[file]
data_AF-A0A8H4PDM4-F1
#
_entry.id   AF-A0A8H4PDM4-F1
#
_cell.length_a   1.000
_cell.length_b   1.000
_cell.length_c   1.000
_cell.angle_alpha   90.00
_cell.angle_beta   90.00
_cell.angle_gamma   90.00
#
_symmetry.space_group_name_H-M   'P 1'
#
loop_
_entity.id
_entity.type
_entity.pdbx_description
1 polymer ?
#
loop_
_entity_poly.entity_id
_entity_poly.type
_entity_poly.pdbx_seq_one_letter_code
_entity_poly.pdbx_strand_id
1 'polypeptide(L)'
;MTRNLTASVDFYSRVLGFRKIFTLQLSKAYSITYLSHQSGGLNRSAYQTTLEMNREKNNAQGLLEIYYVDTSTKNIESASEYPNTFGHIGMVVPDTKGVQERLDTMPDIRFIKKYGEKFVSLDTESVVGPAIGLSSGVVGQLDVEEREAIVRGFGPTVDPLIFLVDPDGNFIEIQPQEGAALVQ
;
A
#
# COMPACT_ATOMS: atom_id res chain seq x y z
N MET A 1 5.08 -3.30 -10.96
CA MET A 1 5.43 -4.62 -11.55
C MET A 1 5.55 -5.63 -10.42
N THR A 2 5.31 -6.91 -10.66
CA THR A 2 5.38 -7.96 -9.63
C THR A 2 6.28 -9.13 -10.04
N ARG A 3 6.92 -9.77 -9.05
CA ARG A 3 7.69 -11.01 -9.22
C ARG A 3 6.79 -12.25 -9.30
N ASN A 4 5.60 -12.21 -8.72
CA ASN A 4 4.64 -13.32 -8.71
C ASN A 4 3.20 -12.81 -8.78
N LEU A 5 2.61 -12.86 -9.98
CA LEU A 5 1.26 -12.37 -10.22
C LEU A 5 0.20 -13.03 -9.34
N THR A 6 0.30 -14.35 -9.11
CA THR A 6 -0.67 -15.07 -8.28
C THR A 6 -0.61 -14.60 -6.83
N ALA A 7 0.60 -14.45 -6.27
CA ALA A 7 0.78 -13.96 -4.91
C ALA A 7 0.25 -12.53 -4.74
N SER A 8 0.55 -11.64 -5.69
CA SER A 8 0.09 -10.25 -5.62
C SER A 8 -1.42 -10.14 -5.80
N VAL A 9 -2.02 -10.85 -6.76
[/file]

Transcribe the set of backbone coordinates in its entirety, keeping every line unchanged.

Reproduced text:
data_AF-A0A8H4PDM4-F1
#
_entry.id   AF-A0A8H4PDM4-F1
#
_cell.length_a   1.000
_cell.length_b   1.000
_cell.length_c   1.000
_cell.angle_alpha   90.00
_cell.angle_beta   90.00
_cell.angle_gamma   90.00
#
_symmetry.space_group_name_H-M   'P 1'
#
loop_
_entity.id
_entity.type
_entity.pdbx_description
1 polymer ?
#
loop_
_entity_poly.entity_id
_entity_poly.type
_entity_poly.pdbx_seq_one_letter_code
_entity_poly.pdbx_strand_id
1 'polypeptide(L)'
;MTRNLTASVDFYSRVLGFRKIFTLQLSKAYSITYLSHQSGGLNRSAYQTTLEMNREKNNAQGLLEIYYVDTSTKNIESASEYPNTFGHIGMVVPDTKGVQERLDTMPDIRFIKKYGEKFVSLDTESVVGPAIGLSSGVVGQLDVEEREAIVRGFGPTVDPLIFLVDPDGNFIEIQPQEGAALVQ
;
A
#
# COMPACT_ATOMS: atom_id res chain seq x y z
N MET A 1 5.08 -3.30 -10.96
CA MET A 1 5.43 -4.62 -11.55
C MET A 1 5.55 -5.63 -10.42
N THR A 2 5.31 -6.91 -10.66
CA THR A 2 5.38 -7.96 -9.63
C THR A 2 6.28 -9.13 -10.04
N ARG A 3 6.92 -9.77 -9.05
CA ARG A 3 7.69 -11.01 -9.22
C ARG A 3 6.79 -12.25 -9.30
N ASN A 4 5.60 -12.21 -8.72
CA ASN A 4 4.64 -13.32 -8.71
C ASN A 4 3.20 -12.81 -8.78
N LEU A 5 2.61 -12.86 -9.98
CA LEU A 5 1.26 -12.37 -10.22
C LEU A 5 0.20 -13.03 -9.34
N THR A 6 0.30 -14.35 -9.11
CA THR A 6 -0.67 -15.07 -8.28
C THR A 6 -0.61 -14.60 -6.83
N ALA A 7 0.60 -14.45 -6.27
CA ALA A 7 0.78 -13.96 -4.91
C ALA A 7 0.25 -12.53 -4.74
N SER A 8 0.55 -11.64 -5.69
CA SER A 8 0.09 -10.25 -5.62
C SER A 8 -1.42 -10.14 -5.80
N VAL A 9 -2.02 -10.85 -6.76